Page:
Laws in many countries are hopelessly inadequate to curtail corruption and there are several ways in which these should be strengthened. So concluded the 1,000 delegates drawn from 93 countries attending the 8th International Anti-Corruption Conference (IACC) in Lima, Peru.
"The conference was not a witch-hunt and was careful to take account of international human rights norms,” said Dr Peter Eigen, chairman of Transparency International, the Berlin-based international anti-corruption NGO. But delegates concluded that many laws are unnecessarily complicated and make it easy for the corrupt to escape punishment.
The conference called on governments to review their criminal laws to abolish any need to prove that an official who received an illegal gift actually gave favours in return and requiring officials in positions of trust to justify increases in their assets out of line with their legitimate sources of income.
"This requirement was universally seen as being consistent with presumptions of innocence and with a fair trial as required by the international human rights covenants and national constitutions,” Dr Eigen explained.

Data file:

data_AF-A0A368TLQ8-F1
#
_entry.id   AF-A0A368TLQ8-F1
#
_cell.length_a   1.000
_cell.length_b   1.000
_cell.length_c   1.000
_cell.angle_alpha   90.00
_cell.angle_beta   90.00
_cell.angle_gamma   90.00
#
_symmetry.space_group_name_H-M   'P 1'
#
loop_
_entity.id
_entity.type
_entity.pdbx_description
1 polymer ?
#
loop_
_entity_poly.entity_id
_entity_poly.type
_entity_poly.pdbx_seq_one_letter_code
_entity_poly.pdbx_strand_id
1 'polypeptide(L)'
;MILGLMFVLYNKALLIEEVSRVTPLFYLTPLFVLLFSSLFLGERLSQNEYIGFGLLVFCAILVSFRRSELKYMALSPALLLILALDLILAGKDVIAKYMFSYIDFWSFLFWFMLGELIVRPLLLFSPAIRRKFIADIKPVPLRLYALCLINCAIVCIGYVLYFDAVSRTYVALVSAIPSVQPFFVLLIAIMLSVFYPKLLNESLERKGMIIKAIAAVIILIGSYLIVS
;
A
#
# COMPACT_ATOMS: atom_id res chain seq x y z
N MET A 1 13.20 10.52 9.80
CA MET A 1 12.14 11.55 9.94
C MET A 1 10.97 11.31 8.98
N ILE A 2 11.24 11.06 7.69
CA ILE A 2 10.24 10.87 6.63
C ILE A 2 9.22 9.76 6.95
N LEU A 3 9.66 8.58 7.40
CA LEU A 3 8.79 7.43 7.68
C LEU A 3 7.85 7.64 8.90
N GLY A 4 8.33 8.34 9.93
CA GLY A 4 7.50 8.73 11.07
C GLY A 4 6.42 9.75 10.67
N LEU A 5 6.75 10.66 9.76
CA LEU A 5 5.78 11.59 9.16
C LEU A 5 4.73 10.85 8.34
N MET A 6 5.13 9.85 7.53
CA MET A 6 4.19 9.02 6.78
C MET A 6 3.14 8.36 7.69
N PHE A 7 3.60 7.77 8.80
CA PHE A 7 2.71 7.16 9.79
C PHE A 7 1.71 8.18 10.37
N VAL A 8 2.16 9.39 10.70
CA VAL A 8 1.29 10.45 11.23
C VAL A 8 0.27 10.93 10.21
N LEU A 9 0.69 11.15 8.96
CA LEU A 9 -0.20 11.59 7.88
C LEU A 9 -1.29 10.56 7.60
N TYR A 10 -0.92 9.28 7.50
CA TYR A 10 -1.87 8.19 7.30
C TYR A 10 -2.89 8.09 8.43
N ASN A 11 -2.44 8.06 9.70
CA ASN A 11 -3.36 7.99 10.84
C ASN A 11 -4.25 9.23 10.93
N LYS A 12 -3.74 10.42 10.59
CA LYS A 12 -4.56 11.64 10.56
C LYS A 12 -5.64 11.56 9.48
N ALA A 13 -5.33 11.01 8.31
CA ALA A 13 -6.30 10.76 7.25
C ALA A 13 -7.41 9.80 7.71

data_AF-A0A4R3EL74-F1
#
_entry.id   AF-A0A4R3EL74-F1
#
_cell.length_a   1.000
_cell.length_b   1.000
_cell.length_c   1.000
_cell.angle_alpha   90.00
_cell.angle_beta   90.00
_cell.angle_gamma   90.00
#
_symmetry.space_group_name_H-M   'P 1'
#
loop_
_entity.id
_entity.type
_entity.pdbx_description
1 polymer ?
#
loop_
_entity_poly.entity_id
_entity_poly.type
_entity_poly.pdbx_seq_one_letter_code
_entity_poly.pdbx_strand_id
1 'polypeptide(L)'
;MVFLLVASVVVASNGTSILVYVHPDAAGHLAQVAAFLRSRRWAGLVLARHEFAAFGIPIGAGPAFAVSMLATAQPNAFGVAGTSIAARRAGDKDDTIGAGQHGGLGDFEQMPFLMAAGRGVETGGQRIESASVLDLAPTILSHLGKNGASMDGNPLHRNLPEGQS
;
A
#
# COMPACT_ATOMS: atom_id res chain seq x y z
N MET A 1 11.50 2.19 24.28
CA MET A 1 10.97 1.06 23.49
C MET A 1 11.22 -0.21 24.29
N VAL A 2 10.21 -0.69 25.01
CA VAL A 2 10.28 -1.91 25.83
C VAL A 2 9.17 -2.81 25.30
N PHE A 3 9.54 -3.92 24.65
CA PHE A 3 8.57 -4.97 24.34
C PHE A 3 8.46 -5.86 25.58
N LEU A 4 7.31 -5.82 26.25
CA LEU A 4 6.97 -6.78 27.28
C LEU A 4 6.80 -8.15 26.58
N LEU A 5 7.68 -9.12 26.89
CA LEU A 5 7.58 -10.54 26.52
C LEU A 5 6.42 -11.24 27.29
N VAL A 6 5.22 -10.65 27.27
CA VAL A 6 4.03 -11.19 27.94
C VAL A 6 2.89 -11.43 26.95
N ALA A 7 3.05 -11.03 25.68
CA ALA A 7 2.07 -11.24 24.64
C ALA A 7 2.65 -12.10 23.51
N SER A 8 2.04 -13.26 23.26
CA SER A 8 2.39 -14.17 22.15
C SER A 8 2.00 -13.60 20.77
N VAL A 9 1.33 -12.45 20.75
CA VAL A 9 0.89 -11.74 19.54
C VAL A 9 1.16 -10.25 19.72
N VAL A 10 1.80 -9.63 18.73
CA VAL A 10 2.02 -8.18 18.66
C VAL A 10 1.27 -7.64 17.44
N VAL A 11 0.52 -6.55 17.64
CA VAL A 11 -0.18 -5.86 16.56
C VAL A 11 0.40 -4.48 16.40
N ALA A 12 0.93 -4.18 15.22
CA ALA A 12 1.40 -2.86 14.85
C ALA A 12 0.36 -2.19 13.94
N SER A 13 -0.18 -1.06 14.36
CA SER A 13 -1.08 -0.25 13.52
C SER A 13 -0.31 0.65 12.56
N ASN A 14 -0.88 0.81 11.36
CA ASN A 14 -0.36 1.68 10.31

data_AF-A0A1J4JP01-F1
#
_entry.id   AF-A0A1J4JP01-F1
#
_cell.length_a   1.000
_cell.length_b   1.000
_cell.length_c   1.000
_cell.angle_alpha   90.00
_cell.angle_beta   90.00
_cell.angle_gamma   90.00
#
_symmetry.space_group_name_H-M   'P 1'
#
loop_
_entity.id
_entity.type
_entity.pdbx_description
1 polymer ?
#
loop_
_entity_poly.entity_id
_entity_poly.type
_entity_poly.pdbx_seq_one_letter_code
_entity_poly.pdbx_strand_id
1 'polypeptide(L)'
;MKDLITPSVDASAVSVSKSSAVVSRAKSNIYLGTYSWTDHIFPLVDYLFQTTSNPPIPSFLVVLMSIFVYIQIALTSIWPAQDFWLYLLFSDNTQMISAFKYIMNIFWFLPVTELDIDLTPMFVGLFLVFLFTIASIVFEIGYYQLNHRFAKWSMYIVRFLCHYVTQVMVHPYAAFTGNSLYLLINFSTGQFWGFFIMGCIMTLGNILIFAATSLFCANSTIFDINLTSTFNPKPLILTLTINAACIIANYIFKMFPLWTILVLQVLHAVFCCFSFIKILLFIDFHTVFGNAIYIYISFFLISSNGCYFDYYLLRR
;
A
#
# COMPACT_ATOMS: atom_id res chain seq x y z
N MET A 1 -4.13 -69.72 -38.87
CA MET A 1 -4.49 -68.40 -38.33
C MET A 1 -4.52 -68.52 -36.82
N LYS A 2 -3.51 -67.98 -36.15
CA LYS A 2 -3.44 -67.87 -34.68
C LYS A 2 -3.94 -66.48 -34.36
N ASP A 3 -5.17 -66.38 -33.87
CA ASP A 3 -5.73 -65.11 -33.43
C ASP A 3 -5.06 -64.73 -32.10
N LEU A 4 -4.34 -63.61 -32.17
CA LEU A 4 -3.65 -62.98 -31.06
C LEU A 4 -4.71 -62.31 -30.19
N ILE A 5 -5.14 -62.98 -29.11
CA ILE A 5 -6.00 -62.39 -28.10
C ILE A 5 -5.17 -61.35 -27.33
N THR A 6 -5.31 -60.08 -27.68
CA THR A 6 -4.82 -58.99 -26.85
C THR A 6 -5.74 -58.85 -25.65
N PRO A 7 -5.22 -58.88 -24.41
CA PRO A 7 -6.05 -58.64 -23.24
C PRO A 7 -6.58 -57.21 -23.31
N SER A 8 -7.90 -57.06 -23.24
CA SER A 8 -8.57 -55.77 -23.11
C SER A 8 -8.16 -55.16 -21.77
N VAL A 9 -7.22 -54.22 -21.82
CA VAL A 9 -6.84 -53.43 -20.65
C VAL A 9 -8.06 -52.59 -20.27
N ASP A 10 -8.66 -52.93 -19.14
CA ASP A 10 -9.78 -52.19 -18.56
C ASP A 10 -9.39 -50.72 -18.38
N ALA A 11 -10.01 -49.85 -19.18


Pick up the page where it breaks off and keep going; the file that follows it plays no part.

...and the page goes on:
"It has been used effectively in Hong Kong and has passed challenges in the Privy Council," said Dr. Eigen, referring to the highest criminal court in many Commonwealth countries. It is also probably the single most effective step a government can take in deterring senior officials from taking large bribes, he concluded.
The text of the Declaration is available at http://www.transparency.org/iacc/lima/limadecl.html.
Note for editors: Transparency International is the secretariat to the Council of the International Anti-Corruption Conference (IACC). Transparency is a not-for-profit organisation, aiming to curb corruption at both national and international levels. based in Berlin, it has National Chapters in more than 60 countries.
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